Ryan Matlow, PhD


The current talk will present the science of stress, with a review of the continuum of stress that includes both positive and toxic forms of stress. We will use a framework grounded in the neuroscience of stress to understand and explore the impact and consequences of exposure to stress and trauma on our psychological and biological systems. Included in this discussion will be a review of psychological disorders related to stress exposure (such as PTSD) and related neuroscience research findings. We will discuss approaches for addressing and coping with stress and trauma, including evidence-based interventions and core components of trauma-focused treatment.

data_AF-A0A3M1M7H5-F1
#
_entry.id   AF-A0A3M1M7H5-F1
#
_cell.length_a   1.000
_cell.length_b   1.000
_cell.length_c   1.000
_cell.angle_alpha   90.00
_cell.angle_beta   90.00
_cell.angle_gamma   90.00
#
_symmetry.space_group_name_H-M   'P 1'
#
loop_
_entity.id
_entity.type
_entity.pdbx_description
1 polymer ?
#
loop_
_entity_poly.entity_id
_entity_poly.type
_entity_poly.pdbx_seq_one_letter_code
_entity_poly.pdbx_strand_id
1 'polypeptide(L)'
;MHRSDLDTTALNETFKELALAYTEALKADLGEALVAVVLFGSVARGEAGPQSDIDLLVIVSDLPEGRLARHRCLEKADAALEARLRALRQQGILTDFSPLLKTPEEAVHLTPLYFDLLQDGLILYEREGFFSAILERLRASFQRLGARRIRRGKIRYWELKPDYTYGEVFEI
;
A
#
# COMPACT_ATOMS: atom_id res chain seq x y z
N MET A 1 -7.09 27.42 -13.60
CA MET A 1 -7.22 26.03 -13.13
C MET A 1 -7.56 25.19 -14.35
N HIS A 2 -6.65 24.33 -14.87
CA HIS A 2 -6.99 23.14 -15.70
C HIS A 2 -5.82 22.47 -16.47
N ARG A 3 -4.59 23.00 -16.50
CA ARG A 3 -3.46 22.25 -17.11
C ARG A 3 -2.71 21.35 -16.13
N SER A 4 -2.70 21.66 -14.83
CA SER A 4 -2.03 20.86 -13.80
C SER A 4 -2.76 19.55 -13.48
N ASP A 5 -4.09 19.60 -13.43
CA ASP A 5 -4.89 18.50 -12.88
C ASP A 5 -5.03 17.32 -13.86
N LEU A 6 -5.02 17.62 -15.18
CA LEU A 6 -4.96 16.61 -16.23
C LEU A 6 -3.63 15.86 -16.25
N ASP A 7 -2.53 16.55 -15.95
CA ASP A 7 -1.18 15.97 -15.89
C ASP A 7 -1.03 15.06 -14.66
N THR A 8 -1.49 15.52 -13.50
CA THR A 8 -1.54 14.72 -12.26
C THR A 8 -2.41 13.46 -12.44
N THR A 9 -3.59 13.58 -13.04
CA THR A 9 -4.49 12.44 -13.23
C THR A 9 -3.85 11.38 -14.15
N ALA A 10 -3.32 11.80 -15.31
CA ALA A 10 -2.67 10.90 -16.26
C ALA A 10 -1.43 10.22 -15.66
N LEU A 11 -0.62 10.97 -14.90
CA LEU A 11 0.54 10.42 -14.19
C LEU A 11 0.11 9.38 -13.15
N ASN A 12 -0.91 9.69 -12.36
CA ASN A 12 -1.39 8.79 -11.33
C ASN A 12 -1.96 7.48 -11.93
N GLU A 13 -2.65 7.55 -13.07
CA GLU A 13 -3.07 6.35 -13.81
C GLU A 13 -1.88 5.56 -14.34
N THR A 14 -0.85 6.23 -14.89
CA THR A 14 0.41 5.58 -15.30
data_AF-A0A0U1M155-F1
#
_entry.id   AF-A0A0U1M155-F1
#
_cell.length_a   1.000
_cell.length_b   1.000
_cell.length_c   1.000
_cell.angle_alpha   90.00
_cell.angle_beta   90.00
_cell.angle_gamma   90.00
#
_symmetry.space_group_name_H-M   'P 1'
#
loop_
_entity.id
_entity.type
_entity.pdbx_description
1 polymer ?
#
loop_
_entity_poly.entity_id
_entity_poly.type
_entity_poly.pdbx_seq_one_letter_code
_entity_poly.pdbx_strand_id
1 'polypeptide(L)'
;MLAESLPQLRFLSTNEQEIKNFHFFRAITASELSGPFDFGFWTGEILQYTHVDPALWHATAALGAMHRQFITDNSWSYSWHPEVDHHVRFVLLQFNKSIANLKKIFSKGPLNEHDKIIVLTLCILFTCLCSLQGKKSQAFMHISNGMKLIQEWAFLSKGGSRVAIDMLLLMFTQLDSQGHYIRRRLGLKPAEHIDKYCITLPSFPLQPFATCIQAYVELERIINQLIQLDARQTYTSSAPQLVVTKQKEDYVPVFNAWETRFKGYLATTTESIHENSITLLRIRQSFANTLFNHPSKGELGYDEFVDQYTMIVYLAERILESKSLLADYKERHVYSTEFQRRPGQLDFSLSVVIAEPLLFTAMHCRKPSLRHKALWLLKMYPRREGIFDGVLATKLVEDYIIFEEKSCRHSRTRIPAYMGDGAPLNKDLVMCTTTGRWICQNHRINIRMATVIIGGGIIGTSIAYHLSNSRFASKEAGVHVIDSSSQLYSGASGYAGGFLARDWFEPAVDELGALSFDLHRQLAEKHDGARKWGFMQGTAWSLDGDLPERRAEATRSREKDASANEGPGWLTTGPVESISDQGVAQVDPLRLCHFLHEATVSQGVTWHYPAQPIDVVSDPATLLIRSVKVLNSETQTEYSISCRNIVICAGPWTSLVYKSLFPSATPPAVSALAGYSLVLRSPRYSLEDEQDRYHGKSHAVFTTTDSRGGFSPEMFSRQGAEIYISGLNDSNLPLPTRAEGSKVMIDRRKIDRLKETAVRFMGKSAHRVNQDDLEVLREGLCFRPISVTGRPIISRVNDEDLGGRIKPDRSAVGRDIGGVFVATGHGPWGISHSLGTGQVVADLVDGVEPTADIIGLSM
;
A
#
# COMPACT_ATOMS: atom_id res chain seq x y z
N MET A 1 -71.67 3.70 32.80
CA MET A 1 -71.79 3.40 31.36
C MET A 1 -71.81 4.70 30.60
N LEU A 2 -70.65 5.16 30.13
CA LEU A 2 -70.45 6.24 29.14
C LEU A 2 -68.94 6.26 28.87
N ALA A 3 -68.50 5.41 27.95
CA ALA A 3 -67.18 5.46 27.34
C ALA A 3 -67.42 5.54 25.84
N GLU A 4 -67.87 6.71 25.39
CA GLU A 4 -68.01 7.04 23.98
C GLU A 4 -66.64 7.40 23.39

Ryan Matlow, Ph.D., is a Clinical Assistant Professor in the Department of Psychiatry and Behavioral Sciences at the Stanford University School of Medicine and is the Director of Community Research Programs for the Early Life Stress and Pediatric Anxiety Program. Dr. Matlow is a licensed child clinical psychologist; his clinical and research efforts focus on understanding and addressing the impact of stress, adversity, and trauma in children and families. In particular, Dr. Matlow seeks to apply current scientific knowledge of the neurobiology of stress and trauma in shaping interventions, systems of care, and policy. Dr. Matlow has experience providing individual, family, and systemic interventions for posttraumatic stress following interpersonal trauma. Dr. Matlow received his doctoral degree in Child Clinical Psychology from the Department of Psychology at the University of Denver and he completed pre- and post-doctoral fellowships in the Multicultural Clinical Training Program at the University of California, San Francisco at San Francisco General Hospital’s Child and Adolescent Services clinic.